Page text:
Slow Food Upstate

Supporting Good, Clean and Fair Food

SC Native Plant Society speaker Janisse Ray

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Tuesday February 19, 2013 7:00 PM - 9:00 PM
J. Verne Smith Resource Center Auditorium, Greenville Tec Main Campus,  (map)

Upstate Chapter Meeting, February 19, 2013 7:00 pm until 9 pm

J. Verne Smith Resource Center Auditorium, Greenville Tec Main Campus Address:

620 South Pleasantburg Drive, Greenville, SC, 29607, United States

Special Presentation: How Clearcut Does It Have to Be?


Special Location: J Verne Smith Technical Resource Center Auditorium on the Main Campus of Greenville Tec, 620 South Pleasantburg Drive


When Columbus landed in the New World, 93 million acres of longleaf pine forests covered the southeastern hip of what would become the United States. By 1995, ecologist Reed Noss, in a survey of endangered ecosystems, found that the pine flatwoods were 99 percent gone. This talk explores with story, poetry, and passion this amazing ecosystem, what happened to it, and why bringing it back is vital.


Janisse Ray, our special guest speaker for this event, is a writer, naturalist, and activist. Janisse is author of five books of literary nonfiction and a collection of nature poetry. Her most recent book, The Seed Underground: A Growing Revolution to Save Food is a look at seed sovereignty and the gardens where vintage varieties of fruits and vegetables are being curated. Ray calls these gardeners “quiet revolutionaries.” The book will be out in August 2012.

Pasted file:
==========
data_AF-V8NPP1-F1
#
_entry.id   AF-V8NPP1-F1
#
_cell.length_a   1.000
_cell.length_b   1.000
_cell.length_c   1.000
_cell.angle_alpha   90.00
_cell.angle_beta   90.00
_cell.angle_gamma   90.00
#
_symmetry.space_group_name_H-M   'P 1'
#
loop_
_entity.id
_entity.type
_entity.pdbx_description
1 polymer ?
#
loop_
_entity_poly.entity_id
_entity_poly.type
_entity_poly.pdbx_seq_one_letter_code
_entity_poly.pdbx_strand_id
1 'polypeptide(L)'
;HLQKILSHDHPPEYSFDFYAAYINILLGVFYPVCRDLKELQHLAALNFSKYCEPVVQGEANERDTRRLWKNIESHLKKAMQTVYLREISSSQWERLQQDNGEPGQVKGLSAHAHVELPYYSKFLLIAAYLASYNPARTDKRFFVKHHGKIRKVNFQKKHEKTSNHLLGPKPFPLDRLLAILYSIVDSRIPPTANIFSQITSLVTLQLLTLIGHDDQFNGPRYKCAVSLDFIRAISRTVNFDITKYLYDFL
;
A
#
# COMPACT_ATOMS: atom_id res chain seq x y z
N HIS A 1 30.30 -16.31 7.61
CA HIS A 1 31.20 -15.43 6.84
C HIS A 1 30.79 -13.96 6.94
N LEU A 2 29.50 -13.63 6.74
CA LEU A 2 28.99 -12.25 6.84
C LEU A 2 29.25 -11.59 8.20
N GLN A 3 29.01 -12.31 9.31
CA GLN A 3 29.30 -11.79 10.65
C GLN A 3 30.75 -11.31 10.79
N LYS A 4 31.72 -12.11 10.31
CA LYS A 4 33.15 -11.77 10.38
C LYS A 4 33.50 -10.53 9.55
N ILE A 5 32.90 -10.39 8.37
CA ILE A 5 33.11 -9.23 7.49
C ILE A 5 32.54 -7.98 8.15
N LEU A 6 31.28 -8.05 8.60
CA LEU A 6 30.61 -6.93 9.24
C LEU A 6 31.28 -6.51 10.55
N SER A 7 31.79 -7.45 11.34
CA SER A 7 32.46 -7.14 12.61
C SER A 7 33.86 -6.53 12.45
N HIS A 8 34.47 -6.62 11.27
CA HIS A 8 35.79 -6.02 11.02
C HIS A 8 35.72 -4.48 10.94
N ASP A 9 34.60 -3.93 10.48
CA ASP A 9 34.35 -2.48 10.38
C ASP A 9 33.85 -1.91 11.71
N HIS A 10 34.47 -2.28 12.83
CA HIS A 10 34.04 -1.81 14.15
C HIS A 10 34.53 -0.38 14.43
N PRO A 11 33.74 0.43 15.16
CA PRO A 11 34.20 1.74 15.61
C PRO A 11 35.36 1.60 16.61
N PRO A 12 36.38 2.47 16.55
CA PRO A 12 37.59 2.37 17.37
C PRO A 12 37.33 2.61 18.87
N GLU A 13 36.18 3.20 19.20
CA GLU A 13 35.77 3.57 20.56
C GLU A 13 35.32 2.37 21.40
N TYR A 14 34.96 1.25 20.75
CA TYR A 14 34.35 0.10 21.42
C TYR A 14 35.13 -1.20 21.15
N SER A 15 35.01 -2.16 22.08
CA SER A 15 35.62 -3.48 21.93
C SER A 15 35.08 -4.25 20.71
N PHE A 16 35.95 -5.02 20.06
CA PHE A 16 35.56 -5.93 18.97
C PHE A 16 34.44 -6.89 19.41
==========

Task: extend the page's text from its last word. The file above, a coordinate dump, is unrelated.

Ray is on the faculty of Chatham University’s low-residency MFA program. She holds an MFA from the University of Montana and in 2007 was awarded an honorary doctorate from Unity College in Maine.


Her first book, Ecology of a Cracker Childhood, a memoir about growing up on a junkyard in the ruined longleaf pine ecosystem of the Southeast, was published by Milkweed Editions in 1999. Besides a plea to protect and restore the glorious pine flatwoods, the book is a hard look at family, mental illness, poverty, and fundamentalist religion. Essayist Wendell Berry called the book “well done and deeply moving.” Anne Raver of The New York Times said of Janisse, “The forests of the South find their Rachel Carson.”


Janisse’s second book, Wild Card Quilt: Taking a Chance on Home (about rural community) was published by Milkweed Editions in early 2003. The third, Pinhook: Finding Wholeness in a Fragmented Land (the story of a 750,000-acre wildland between south Georgia and north Florida) was published by Chelsea Green in 2005. Her first book of poetry, A House of Branches, came out in 2010 from Wind Publication. Drifting Into Darien: A Personal and Natural History of the Altamaha River – a lovesong and a call to action — was released by UGA Press in 2011.


Janisse has won a Southern Booksellers Award for Poetry 2011, Southeastern Booksellers Award for Nonfiction 1999, an American Book Award 2000, the Southern Environmental Law Center 2000 Award for Outstanding Writing, and a Southern Book Critics Circle Award 2000. Ecology of a Cracker Childhood was a New York Times Notable Book and was chosen as the Book All Georgians Should Read.


The author has been visiting professor at Coastal Carolina University, scholar-in-residence at Florida Gulf Coast University, and writer-in-residence at Keene State College and Green Mountain College. She was the John & Renee Grisham writer-in-residence 2003-04 at the University of Mississippi.


Janisse attempts to live a simple, sustainable life on Red Earth Farm in southern Georgia with her husband, Raven Waters. Janisse is an organic gardener, tender of farm animals, slow-food cook, and seed-saver. She lectures widely on nature, community, agriculture, wildness, sustainability, and the politics of wholeness.



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